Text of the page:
Gold prices rebounded Monday, moving higher as the dollar slipped against other currencies.
The dollar was lower against the British pound and the euro on Monday as demand for the safety of the U.S. currency subsided along with swine flu fears. Last week, the dollar had gained on worries that a global pandemic could derail an economic recovery.
The dip in the dollar aided the gains in gold, which is used as a hedge against inflation and a weak greenback.
Meanwhile, better-than-expected reports on the housing and construction industries helped push other metals and oil prices higher.
An industry trade group said pending sales of U.S. homes rose more than expected, marking a second straight month of gains. Construction spending also rose unexpectedly in March after five months of declines.
Investors have been more optimistic in the past two months about the prospects for an economic recovery as an increasing amount of data comes in better than expected. Investors took Monday's reports as the latest signs that the economy has begun to heal. And if the economy is improving, demand for raw materials will increase.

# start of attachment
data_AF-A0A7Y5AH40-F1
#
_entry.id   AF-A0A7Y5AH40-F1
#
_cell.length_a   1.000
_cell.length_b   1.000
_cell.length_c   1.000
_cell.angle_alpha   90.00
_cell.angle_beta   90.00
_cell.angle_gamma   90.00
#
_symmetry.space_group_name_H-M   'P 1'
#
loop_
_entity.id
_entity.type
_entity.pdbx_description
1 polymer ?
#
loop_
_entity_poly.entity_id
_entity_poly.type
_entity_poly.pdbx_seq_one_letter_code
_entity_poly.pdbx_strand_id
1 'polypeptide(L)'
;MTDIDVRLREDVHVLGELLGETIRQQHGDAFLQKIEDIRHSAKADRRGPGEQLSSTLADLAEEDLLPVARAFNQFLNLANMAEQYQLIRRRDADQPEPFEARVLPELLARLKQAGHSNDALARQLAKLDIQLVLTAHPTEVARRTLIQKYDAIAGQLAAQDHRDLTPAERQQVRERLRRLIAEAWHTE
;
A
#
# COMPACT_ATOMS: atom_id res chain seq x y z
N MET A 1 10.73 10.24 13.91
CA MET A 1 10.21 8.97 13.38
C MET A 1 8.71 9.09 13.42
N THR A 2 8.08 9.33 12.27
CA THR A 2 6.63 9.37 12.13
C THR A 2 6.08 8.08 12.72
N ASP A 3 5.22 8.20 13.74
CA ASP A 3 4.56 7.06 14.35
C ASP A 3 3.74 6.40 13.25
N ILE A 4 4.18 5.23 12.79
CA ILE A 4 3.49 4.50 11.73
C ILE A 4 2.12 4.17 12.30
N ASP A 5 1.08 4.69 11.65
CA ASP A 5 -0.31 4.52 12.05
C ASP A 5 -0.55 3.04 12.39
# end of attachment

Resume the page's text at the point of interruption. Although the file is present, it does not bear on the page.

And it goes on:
"(Gold is) going to gain ground when the dollar is under pressure and you see commodities doing well across the board and so certainly gold is going to benefit from that," said Dave Meger, gold analyst at Alaron.
Gold for June delivery rose $14 to settle at $902.20 an ounce on the New York Mercantile Exchange. The precious metal lost nearly 3 percent last week.
July silver soared 61.3 cents to $13.1130 an ounce, while July copper futures added 4.3 cents to $2.1440 a pound.
Analysts were also quick to note that the gains among metals futures could have been skewed by the relatively thin trading volume on Monday due to the fact that some markets in the U.K. were closed for a holiday.
On Wall Street, stocks soared on the better-than-expected economic data. The Dow Jones industrials and the Standard & Poor's 500 index jumped more than 2 percent in afternoon trading.
Energy prices jumped on the Nymex, boosted in part by upbeat economic signs from China. A report showing improving conditions in the country's manufacturing sector signals demand for energy could pick up.
Light, sweet crude for June delivery rose $1.27 to settle at $54.47 a barrel.
Gasoline for June delivery added 4.7 cents to $1.5646 a gallon and heating oil rose 3 cents to $1.42 a gallon.
Grain prices were mostly lower on the Chicago Board of Trade.
July wheat futures lost 19 cents to $5.51 a bushel, while corn for July delivery slipped 8.25 cents to $4.0550 a bushel.
July soybeans gained 12.5 cents to $11.0350 a bushel.